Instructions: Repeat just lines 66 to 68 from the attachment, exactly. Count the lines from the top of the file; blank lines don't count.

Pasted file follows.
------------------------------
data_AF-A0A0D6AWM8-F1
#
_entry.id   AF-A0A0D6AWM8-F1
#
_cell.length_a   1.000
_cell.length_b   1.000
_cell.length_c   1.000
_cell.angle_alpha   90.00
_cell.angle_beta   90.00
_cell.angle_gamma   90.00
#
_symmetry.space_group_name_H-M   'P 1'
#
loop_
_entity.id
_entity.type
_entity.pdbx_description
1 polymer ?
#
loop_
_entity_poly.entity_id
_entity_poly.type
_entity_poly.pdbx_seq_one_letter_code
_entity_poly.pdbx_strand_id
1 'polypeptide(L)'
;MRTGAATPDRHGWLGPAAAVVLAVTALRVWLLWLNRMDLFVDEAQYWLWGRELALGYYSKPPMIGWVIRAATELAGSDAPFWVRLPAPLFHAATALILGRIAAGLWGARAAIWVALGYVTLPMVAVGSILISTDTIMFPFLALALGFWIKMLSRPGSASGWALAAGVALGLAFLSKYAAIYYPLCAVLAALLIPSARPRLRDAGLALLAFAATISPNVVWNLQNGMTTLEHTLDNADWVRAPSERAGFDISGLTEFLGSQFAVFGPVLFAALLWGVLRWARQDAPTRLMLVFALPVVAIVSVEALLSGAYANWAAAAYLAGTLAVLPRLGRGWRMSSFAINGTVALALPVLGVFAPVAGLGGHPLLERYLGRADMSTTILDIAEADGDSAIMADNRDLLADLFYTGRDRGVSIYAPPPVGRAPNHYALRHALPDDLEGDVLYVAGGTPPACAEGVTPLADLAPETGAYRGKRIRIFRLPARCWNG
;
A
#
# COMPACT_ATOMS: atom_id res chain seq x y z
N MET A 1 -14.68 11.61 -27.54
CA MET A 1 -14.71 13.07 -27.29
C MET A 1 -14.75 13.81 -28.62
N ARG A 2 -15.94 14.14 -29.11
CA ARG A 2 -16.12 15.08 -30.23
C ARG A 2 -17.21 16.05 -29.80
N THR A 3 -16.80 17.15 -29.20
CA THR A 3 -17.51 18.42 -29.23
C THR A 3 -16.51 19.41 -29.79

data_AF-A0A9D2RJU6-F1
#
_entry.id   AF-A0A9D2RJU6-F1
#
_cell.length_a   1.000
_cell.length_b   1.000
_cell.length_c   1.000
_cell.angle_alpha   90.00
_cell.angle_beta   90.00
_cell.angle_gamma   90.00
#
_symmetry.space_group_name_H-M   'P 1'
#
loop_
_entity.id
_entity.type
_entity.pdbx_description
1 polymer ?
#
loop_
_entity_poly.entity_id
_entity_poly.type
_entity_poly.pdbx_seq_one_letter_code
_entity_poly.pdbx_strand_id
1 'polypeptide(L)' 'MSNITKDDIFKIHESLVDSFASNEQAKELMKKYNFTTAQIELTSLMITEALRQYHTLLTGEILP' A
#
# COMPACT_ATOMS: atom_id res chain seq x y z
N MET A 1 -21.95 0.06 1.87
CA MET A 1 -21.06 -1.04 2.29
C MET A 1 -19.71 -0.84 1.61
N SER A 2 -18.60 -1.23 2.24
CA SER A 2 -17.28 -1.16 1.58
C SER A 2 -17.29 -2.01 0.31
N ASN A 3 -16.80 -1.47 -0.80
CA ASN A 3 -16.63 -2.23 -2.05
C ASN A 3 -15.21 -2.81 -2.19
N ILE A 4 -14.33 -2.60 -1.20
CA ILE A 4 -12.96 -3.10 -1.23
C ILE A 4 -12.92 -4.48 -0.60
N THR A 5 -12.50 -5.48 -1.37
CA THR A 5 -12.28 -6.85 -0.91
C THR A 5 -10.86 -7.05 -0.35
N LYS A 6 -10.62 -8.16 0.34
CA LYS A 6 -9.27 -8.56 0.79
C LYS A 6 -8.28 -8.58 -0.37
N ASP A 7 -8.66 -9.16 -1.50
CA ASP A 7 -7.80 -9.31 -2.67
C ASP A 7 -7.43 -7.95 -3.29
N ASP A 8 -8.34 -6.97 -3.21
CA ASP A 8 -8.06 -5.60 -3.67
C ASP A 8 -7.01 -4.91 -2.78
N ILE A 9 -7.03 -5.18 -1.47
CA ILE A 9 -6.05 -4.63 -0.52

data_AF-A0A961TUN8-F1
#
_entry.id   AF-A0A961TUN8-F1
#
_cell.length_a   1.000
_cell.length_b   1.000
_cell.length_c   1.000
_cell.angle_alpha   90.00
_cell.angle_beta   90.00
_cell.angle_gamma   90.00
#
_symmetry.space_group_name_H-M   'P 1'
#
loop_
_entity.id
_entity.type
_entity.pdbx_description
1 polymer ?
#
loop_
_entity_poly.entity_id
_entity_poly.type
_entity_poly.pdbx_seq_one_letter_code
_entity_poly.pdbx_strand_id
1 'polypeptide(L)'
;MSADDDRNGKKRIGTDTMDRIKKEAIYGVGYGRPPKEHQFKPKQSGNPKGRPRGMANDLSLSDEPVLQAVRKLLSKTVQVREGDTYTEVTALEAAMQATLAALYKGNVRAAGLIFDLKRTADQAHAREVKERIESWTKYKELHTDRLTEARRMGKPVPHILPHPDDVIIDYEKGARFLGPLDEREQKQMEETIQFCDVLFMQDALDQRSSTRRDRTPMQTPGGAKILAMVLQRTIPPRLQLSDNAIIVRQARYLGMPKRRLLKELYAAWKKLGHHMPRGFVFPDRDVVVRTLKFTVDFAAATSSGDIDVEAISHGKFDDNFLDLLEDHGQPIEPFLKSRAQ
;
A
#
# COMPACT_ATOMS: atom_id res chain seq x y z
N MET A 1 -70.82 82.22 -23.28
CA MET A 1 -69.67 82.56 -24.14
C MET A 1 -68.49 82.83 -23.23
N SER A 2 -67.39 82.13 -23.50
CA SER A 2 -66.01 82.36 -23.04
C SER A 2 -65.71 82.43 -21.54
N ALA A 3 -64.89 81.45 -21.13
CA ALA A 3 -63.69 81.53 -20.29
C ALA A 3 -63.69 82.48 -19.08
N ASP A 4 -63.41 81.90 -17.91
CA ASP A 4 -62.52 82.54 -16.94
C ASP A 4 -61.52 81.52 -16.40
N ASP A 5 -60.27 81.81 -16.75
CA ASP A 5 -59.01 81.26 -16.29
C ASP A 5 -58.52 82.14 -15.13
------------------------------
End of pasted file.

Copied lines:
# COMPACT_ATOMS: atom_id res chain seq x y z
N MET A 1 -21.95 0.06 1.87
CA MET A 1 -21.06 -1.04 2.29